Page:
Jayson Blair vs. the Fraud Police

His misdeeds have more in common with Wall Street scamsters than the work of shoddy journalists, making them much tougher to prevent

By Gary Weiss

For reporters, the ultimate nightmare is the source who lies. Journalists spend a good deal of their working lives figuring out ways to test the credibility of the people who give them information without alienating them. I encountered this challenge recently when I wrote a book about a stockbroker who was, by his own admission, a skillful and effective liar (see BW Online, 5/19/03, "Using Truth to Corner a Scamster"). His name was Louis Pasciuto, and in my book Born to Steal, I described how much he enjoyed lying. He made a career out of it. He reveled in it. He enjoyed it!

Now comes Jayson Blair, the disgraced journalist who has admitted he fabricated dozens of stories for The New York Times. He made a career out of it. He reveled in it. He enjoyed it! He just told The New York Observer that he "couldn't stop laughing" when the Times corrected his made-up description of the landscape surrounding a female POW's home in West Virginia.

Journalists everywhere are shocked, horrified, and ashamed. Surely, something must be done to stop this kind of thing from happening again. A good deal of soul-searching is under way, with some news organizations forming panels to make sure the same thing won't happen in their midst.


  Well, a little soul-searching wouldn't hurt, I guess. News organizations need to think about the bias that creeps into their coverage, the lack of expertise of their reporters, and the deficit of sophistication that permeates so much of what passes for journalism today.

But outright lying? Sorry. The committees shouldn't waste a second poring over this one. It's a red herring, just as the racial and "affirmative action" elements of this nauseating affair simply miss the point. That's because Blair wasn't a journalist at all. His interview with the Observer proved that he wasn't an overexuberant cub reporter or a poor note-taker, but rather a facile and very skilled scam artist. Kind of a cross between Jimmy Olson and Lou Pasciuto. (My efforts to contact Blair for this story were unsuccessful.)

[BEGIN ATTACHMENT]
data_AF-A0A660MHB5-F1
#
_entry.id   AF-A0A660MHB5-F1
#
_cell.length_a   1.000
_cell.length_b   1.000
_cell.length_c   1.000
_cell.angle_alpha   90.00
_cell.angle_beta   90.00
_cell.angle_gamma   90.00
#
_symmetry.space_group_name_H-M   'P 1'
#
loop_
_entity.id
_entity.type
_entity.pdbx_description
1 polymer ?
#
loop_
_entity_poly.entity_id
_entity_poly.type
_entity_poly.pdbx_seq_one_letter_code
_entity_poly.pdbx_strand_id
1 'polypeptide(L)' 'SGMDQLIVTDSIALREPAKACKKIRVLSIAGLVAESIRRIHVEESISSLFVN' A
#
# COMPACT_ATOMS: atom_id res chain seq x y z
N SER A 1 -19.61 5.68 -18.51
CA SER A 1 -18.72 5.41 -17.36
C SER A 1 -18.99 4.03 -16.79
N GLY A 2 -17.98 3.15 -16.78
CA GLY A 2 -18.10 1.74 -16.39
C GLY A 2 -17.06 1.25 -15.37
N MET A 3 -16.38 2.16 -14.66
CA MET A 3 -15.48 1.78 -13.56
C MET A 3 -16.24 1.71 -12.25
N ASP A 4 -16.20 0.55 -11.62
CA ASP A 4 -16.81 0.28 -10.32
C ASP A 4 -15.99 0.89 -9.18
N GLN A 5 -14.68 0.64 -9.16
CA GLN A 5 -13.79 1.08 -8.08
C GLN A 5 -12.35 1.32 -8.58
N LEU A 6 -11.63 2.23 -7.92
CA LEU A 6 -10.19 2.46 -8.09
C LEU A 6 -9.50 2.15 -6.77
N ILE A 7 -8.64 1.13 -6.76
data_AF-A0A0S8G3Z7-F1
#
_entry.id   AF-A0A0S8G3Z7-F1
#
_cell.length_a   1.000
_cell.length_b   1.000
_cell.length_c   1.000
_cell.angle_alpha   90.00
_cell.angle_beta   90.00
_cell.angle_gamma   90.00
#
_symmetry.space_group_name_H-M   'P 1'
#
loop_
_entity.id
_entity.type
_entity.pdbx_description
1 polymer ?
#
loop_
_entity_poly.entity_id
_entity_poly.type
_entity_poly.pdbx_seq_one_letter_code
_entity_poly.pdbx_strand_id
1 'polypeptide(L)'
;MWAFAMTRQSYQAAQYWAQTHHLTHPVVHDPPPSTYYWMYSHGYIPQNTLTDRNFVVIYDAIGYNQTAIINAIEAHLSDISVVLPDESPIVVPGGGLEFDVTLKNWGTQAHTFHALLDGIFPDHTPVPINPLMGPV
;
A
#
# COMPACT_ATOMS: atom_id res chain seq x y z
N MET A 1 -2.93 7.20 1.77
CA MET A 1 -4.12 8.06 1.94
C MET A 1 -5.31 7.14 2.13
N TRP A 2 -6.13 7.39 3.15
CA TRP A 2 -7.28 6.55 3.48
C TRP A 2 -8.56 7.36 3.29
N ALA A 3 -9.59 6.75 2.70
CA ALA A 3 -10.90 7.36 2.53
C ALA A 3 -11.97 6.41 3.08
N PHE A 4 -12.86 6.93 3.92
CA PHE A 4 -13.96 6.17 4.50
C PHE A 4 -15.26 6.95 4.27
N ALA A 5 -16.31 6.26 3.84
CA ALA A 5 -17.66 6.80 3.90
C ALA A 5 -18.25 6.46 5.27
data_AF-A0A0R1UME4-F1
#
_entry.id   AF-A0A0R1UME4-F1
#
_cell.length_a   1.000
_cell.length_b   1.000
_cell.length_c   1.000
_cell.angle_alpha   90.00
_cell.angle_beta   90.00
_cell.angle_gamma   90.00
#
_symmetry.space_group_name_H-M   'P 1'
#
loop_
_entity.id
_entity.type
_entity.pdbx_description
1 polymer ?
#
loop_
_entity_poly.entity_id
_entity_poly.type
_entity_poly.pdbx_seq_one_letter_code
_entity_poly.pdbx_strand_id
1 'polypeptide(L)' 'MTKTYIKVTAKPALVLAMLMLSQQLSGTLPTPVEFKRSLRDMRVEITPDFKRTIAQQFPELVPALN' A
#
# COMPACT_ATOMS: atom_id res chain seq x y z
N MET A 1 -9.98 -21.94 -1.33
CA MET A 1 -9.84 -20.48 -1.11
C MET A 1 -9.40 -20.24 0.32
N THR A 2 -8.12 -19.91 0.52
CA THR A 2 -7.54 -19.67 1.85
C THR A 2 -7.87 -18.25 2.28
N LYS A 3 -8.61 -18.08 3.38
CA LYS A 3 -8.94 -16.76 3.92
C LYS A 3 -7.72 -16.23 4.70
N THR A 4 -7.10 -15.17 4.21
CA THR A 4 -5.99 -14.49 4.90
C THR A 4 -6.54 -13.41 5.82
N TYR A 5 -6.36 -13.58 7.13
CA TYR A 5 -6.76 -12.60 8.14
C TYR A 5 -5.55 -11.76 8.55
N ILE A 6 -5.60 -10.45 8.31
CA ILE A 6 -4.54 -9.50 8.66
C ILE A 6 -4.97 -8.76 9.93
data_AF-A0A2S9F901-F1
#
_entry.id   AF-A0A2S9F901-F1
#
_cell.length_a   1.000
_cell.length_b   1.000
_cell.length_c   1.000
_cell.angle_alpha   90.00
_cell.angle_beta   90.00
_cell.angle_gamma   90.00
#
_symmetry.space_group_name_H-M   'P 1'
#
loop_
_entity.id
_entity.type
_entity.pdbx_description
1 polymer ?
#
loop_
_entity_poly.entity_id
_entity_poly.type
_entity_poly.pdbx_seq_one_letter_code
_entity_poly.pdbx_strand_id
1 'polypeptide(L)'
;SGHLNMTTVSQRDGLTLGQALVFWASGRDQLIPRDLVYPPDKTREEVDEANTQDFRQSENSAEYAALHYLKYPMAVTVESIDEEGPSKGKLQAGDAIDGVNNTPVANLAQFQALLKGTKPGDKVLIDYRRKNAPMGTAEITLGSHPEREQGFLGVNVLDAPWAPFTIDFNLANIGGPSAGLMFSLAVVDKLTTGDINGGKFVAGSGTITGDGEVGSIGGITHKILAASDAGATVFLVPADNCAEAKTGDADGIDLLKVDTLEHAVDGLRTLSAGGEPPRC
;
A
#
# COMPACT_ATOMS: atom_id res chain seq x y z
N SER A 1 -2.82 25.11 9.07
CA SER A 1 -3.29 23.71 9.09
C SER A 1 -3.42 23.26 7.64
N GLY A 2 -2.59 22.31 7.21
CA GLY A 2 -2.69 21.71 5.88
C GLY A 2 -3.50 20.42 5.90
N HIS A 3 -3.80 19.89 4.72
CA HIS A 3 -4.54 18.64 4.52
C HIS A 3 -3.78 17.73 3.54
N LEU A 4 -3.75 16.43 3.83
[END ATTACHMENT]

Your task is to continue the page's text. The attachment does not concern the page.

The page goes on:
Blair scammed his way into the Times newsroom, manipulated his way into the best assignments, and then proceeded to scam his editors and, eventually, the readers. If facts are commodities, as valuable as any goods, Blair was a counterfeiter -- deliberately generating phony stories, made-up quotes, and imagined scenes under his bylines.


  Pasciuto sold shares of something he called "Goldman Sacks." If the Securities & Exchange Commission is to be believed (for he denies it), Joseph Jett allegedly manufactured profits by manipulating the computer system at Kidder Peabody. Following in such footsteps, Blair sold us all a phony account of the "interrupted" interrogation of a Beltway sniper suspect. Readers of his stories in the Times were infected with his lies, just as Pascioto's lies burrowed into the minds of his victims.

Little can be done to keep yet another ingratiating fact-manufacturer like Blair from sliming his way into a newsroom. That's because it has been proven time and again that legitimate, law-abiding institutions are woefully unprepared when it comes to preventing infiltrations by scam artists -- particularly those, like Blair, who seem to be doing it for kicks.

Wall Street provides numerous examples of august (and not so august) institutions wilting before an onslaught of fraud. The spirit of Jayson Blair could be found in abundance in the dozens of boiler rooms and "chop houses" of the 1990s, which employed brokers who were very much like him -- young, charming, and immoral. Blair would have felt right at home in the "bucket shops" that only pretended to sell stocks. It would certainly have paid better.


  The editors of The New York Times have found themselves in the same place as Wall Street regulators when stock fraud began to swell in the heyday of the market bubble: They simply weren't equipped to deal with criminals. (Blair hasn't been charged with any crimes.) Securities regulations are designed to deal with overexuberant brokers and brokerages that bend or even break the rules -- not brokers who sell stocks that don't exist. Editing procedures are designed to deal with sloppy and careless reporters -- not insider traders or pocketbook snatchers who deliberately make things up "to kill the journalist persona," as Blair so charmingly put it in the Observer.

By printing a four-page expose of the Blair affair on the front page of a recent Sunday edition, the editors at the Times have flayed themselves publicly in a way that no brokerage has ever done. Oh, and the Times has formed a committee. It will probably take a look at the paper's supervisory practices.

All well and good, up to a point. Journalists should continue the soul-searching. We should ponder the disease of hubris that infects so many newsrooms, which in this instance was followed, perhaps inexorably, to nemesis in the form of Jayson Blair. But I have some advice for my colleagues on 43rd Street: Don't be too upset. You're only human. You got scammed.

Weiss is a senior writer for BusinessWeek based in New York

Edited by Douglas Harbrecht